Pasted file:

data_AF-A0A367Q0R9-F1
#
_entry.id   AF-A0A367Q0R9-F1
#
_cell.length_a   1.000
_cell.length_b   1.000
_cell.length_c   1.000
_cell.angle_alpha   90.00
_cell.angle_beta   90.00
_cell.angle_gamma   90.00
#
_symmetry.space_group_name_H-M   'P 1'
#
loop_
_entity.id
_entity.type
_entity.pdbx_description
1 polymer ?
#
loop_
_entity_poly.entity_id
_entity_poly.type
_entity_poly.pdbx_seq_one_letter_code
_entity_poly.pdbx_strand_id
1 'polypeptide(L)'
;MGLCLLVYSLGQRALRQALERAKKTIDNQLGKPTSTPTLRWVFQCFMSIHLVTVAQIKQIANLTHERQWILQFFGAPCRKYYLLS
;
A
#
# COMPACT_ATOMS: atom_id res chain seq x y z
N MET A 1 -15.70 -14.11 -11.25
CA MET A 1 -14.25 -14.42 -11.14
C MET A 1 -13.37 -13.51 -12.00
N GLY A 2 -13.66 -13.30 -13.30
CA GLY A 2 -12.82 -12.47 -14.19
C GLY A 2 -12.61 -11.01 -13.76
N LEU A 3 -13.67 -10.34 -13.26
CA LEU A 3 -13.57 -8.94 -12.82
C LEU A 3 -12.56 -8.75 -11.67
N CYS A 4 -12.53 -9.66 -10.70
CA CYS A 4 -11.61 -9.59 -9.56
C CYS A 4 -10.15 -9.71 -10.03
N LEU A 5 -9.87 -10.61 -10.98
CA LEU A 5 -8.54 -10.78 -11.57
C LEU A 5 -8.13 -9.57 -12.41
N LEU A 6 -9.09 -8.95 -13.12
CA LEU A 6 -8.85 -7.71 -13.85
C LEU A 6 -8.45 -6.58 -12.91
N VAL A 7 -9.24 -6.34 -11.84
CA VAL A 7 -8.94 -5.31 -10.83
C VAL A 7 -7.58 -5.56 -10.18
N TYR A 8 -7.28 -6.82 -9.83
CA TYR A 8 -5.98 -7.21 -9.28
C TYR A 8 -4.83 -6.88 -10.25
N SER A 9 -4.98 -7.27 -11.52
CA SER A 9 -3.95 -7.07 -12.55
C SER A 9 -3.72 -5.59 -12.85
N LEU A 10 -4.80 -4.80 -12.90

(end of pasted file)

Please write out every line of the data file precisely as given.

data_AF-A0A367Q0R9-F1
#
_entry.id   AF-A0A367Q0R9-F1
#
_cell.length_a   1.000
_cell.length_b   1.000
_cell.length_c   1.000
_cell.angle_alpha   90.00
_cell.angle_beta   90.00
_cell.angle_gamma   90.00
#
_symmetry.space_group_name_H-M   'P 1'
#
loop_
_entity.id
_entity.type
_entity.pdbx_description
1 polymer ?
#
loop_
_entity_poly.entity_id
_entity_poly.type
_entity_poly.pdbx_seq_one_letter_code
_entity_poly.pdbx_strand_id
1 'polypeptide(L)'
;MGLCLLVYSLGQRALRQALERAKKTIDNQLGKPTSTPTLRWVFQCFMSIHLVTVAQIKQIANLTHERQWILQFFGAPCRKYYLLS
;
A
#
# COMPACT_ATOMS: atom_id res chain seq x y z
N MET A 1 -15.70 -14.11 -11.25
CA MET A 1 -14.25 -14.42 -11.14
C MET A 1 -13.37 -13.51 -12.00
N GLY A 2 -13.66 -13.30 -13.30
CA GLY A 2 -12.82 -12.47 -14.19
C GLY A 2 -12.61 -11.01 -13.76
N LEU A 3 -13.67 -10.34 -13.26
CA LEU A 3 -13.57 -8.94 -12.82
C LEU A 3 -12.56 -8.75 -11.67
N CYS A 4 -12.53 -9.66 -10.70
CA CYS A 4 -11.61 -9.59 -9.56
C CYS A 4 -10.15 -9.71 -10.03
N LEU A 5 -9.87 -10.61 -10.98
CA LEU A 5 -8.54 -10.78 -11.57
C LEU A 5 -8.13 -9.57 -12.41
N LEU A 6 -9.09 -8.95 -13.12
CA LEU A 6 -8.85 -7.71 -13.85
C LEU A 6 -8.45 -6.58 -12.91
N VAL A 7 -9.24 -6.34 -11.84
CA VAL A 7 -8.94 -5.31 -10.83
C VAL A 7 -7.58 -5.56 -10.18
N TYR A 8 -7.28 -6.82 -9.83
CA TYR A 8 -5.98 -7.21 -9.28
C TYR A 8 -4.83 -6.88 -10.25
N SER A 9 -4.98 -7.27 -11.52
CA SER A 9 -3.95 -7.07 -12.55
C SER A 9 -3.72 -5.59 -12.85
N LEU A 10 -4.80 -4.80 -12.90